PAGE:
Intel Shares Fall After Cutting Q2 Revenue Estimates Over Pulled China Licenses

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by Tyler Durden
Wednesday, May 08, 2024 - 01:10 PM

Intel provided an update on its second-quarter revenue forecast following the Biden administration's decision to revoke its export license to supply semiconductors to Huawei. The new estimates reveal revenues will be below the midpoint of the $12.5 billion to $13.5 billion range. 

Blame game...

In an SEC filing on Wednesday, Intel revealed that the US Department of Commerce's revoking of its license for exports to specific Chinese customers will pressure second-quarter earnings. The company now expects revenue for the quarter to "remain in the original range of $12.5 billion to $13.5 billion but below the midpoint." 

Intel added, "For full year 2024, the Company continues to expect revenue and earnings per share to grow year-over-year compared to 2023." 

This comes after an overnight report from the Financial Times that said the Biden administration "revoked export licences that allow Intel and Qualcomm to supply Huawei with semiconductors as Washington increases the pressure on the Chinese telecoms equipment company." 

People familiar with the situation said the Department of Commerce's latest move was to pressure the supply of chips for Huawei's smartphones.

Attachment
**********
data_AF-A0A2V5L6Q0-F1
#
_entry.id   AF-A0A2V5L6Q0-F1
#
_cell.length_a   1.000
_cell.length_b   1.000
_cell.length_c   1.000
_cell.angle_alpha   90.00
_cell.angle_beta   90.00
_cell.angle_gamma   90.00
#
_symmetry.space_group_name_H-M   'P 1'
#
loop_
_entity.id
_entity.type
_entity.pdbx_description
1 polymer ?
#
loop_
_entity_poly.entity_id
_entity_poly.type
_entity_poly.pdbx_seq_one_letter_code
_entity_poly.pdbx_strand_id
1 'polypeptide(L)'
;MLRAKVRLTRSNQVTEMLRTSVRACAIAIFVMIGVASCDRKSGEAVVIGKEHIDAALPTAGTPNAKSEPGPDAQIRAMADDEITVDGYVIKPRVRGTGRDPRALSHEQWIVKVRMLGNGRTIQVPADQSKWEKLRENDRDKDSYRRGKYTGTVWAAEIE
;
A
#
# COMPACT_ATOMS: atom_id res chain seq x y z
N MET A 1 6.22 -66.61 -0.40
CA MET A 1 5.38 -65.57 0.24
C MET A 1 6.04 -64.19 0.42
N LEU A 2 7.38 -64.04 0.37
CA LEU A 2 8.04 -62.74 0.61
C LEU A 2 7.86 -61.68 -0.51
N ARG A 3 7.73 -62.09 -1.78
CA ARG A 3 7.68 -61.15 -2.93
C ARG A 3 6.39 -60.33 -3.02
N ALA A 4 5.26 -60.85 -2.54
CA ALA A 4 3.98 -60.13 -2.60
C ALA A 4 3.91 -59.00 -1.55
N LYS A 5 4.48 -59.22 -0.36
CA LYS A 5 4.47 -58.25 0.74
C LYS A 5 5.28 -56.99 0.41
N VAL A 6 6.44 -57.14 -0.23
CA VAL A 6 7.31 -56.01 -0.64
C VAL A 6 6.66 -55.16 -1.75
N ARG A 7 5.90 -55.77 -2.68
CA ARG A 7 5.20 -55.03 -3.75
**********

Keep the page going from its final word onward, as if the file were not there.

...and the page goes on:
"We continuously assess how our controls can best protect our national security and foreign policy interests, taking into consideration a constantly changing threat environment and technological landscape," said a spokesperson for the department. The agency confirmed to FT that it had "revoked certain licenses for exports to Huawei" but did not reveal which US companies were involved. 

The spokesperson added, "As part of this process, as we have done in the past, we sometimes revoke export licences."

Intel shares fell 2% in premarket trading in New York. Shares are nearing Covid lows. 

Intel shares are down 40% this year, while the Philadelphia Semiconductor Index is up around 15%. 

Didn't Biden give Intel $8.5 billion via the CHIPs Act?

Maybe Chips Act 2.0 is needed to save Intel.